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The Collapse of the Railroads

Posted 10/8/2013

The Collapse of the Railroads (What business are we really in?)

At one time the railroads were the most powerful companies in the United States, they controlled vast tracks of land, money, politicians, and much of the transportation in our country.   Over that last century these mega companies have recessed to struggling relics, shells of their past might.  They have lost their prestige and now struggle to maintain relevance.  What happened to the railroad companies? 

The railroad companies did not realize that they were in the transportation business, not the railroad business[1].  When other forms of transportation evolved, instead of embracing these trends and growing with them, the railroads resisted.  Had the railroad companies realized that they were actually in the transportation business, they could have integrated highways, trucks, autos and fueling stations into their already powerful business.  What caused the demise of the once powerful railroads?  They were product orientated, not customer orientated.  They wanted to dictate what the customer needed, not listen to what the customer wanted.

What business are we really in?

Some would say that chiropractors are in the subluxation business or the adjustment business.  This is not true; we are in the healthcare business.   Providing adjustments is a product-oriented business rather than a customer-oriented business.  Patients are motivated to come to providers to enhance their health and to avoid pain or discomfort.  The adjustment may be the means to that end, but it is not what is sought by patients.  Pain relief and wellness are their goals.  

A while ago I spent a couple days observing a chiropractor friend.  He has a very conservative subluxation-oriented practice replete with all of the associated patient education material.  As I watched him interact with his patients, he continually reinforced his beliefs on the philosophy of chiropractic and wellness to his patients.  But as I observed these interactions I was surprised to discover that not one patient entered that practice simply for wellness.   They all had musculoskeletal complaints.    No one was listening to his philosophy, they were still seeking relief.  There was a communication disconnect in this practice:  he provided a product orientated service, while his patients continued to use him to meet their customer centered needs in spite of his intent.

Society for the most part does not know the differences between subluxation from subjugation.   But they do know what they want: mobility, relief of pain, increased athletic performance, and a hope for a more fulfilling and healthy life.  Judging by the conditions treated by chiropractors, a decided majority of chiropractic patients are being treated for musculoskeletal complaints.[2],[3], [4], [5]  Our patients have decided that we are primarily in the pain relief business not the wellness business.  Only 5-10% of our patients are being treated for non-musculoskeletal complaints or wellness.   Our society has spoken; to them we principally treat musculoskeletal conditions.  Are we listening? These patients will seek out the caregivers who will meet their needs.   Will chiropractors be the providers they seek? The increased chiropractic interest in rehabilitation, orthopedics, and myofascial techniques such as Graston and ART points to a shift in meeting the wants of society.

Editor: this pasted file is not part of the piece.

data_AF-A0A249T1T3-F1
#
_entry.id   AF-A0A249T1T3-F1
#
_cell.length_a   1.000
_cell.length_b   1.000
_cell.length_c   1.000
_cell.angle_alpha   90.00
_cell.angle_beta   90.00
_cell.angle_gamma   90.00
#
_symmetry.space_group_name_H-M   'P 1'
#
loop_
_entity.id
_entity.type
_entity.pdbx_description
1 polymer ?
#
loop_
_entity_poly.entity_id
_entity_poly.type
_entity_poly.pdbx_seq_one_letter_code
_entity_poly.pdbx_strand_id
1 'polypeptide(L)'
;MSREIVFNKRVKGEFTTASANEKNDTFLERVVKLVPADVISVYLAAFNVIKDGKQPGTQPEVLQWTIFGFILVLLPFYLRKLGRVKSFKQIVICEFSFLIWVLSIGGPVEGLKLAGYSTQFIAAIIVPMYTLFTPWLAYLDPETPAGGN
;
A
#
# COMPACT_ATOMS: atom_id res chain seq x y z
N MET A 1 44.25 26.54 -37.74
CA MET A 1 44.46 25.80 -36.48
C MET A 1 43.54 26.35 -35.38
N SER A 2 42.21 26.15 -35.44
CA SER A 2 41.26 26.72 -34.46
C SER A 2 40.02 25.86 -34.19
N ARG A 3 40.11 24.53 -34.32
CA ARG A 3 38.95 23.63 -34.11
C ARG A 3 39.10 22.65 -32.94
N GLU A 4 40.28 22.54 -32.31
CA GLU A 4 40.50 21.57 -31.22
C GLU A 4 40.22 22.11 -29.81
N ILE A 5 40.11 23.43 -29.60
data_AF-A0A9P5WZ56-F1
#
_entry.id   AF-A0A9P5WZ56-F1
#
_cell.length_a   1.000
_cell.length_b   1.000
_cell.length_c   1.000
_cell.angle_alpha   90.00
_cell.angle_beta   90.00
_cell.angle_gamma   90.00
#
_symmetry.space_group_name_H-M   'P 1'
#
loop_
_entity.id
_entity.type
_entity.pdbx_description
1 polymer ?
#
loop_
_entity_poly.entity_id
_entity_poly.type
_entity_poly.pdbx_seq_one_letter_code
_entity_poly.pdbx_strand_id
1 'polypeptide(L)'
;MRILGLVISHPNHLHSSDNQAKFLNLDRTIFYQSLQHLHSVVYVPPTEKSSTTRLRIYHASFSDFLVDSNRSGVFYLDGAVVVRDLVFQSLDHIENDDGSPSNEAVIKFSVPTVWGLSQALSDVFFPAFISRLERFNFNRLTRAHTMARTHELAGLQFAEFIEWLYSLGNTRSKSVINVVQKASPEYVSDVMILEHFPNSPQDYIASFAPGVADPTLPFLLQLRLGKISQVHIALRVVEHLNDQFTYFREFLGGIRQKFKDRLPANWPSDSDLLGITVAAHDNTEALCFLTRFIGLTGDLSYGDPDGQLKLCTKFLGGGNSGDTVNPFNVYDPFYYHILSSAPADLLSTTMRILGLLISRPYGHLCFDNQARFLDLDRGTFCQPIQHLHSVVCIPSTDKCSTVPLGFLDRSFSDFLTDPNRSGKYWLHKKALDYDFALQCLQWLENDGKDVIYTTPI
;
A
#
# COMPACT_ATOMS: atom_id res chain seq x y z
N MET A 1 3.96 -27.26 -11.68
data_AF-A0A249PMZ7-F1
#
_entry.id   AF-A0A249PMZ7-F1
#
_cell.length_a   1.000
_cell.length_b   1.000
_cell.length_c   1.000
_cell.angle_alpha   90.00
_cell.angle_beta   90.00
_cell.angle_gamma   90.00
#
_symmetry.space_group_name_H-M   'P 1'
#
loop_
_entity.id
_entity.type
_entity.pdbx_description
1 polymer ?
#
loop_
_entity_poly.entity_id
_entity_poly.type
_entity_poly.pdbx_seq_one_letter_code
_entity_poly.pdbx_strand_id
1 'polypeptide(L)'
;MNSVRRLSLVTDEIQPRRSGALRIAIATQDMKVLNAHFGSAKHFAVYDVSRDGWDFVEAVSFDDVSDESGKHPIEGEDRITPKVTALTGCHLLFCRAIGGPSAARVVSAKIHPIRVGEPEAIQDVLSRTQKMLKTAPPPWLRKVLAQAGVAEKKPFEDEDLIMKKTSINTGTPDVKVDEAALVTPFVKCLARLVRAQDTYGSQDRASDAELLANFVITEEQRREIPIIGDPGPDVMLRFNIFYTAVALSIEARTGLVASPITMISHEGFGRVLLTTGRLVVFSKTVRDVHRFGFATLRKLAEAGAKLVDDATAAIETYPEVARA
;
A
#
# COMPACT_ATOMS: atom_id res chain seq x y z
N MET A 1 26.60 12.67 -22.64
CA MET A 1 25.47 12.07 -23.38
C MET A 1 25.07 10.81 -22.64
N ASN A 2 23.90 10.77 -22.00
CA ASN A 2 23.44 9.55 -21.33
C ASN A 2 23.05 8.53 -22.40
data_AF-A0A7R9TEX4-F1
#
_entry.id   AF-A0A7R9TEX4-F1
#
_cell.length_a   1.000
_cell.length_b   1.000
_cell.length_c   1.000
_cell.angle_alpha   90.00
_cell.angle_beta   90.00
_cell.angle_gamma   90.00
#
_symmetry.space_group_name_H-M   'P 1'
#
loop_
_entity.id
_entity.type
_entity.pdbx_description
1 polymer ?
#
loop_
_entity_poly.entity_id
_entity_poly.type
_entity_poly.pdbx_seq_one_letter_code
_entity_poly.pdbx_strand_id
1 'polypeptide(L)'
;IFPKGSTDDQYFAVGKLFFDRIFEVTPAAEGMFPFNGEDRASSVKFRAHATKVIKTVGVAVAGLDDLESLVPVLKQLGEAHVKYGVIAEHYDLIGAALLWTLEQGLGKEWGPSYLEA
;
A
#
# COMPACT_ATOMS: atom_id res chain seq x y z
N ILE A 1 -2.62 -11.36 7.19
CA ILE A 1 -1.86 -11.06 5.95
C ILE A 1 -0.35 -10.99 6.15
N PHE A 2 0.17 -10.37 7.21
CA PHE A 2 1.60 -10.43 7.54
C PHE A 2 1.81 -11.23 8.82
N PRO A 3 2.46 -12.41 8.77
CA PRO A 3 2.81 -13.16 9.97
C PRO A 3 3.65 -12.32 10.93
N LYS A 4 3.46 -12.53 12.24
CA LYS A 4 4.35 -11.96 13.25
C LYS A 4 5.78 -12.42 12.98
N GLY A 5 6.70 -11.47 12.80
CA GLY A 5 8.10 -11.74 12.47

True wellness care is not limited to the chiropractic adjustment, but in combining chiropractic with an active lifestyle, weight control, exercise, prudence, temperance, smoking cessation, proper nutrition and hydration, proper sleep habits, stress management and routine wellness examinations.  Our patients would like for their providers to work together with the mutual goal of wellness.  Comprehensive wellness and integrated care is not the enemy, it is the future.  If we wish to remain relevant, we need to value what the population desires, rather than what we want to sell them.    If we continue pushing the product rather than listening to the customer, we will duplicate the business model of the railroad companies.

[1] Theodore Levitt, "Marketing Myopia", Harvard Business Review 38 (July-August 1960), 45-57

[2] Coulter ID, Hurwitz EL, Adams A H. et al. 

 Using Chiropractors in North America: Who Are They, and Why Are They in Chiropractic Care? Spine. 27(3):291-297, February 1, 2002


[3] Hawk C, Long CR, Boulangerc KT. Prevalence of Non-musculoskeletal Complaints in Chiropractic Practice: Report from a Practice based Research Program


Journal of Manipulative and Physiological Therapeutics. Volume 24, Number 3, March/April 2001


[4] Cherkin DC, Deyo RA, Sherman KJ, et al. Characteristics of Visits to Licensed Acupuncturists, Chiropractors, Massage Therapists, and Naturopathic Physicians.  

JABFP November–December 2002 Vol. 15 No. 6


[5] The Future of Chiropractic Revisited: 2005 to 2015.

January, 2005

Institute for Alternative Futures.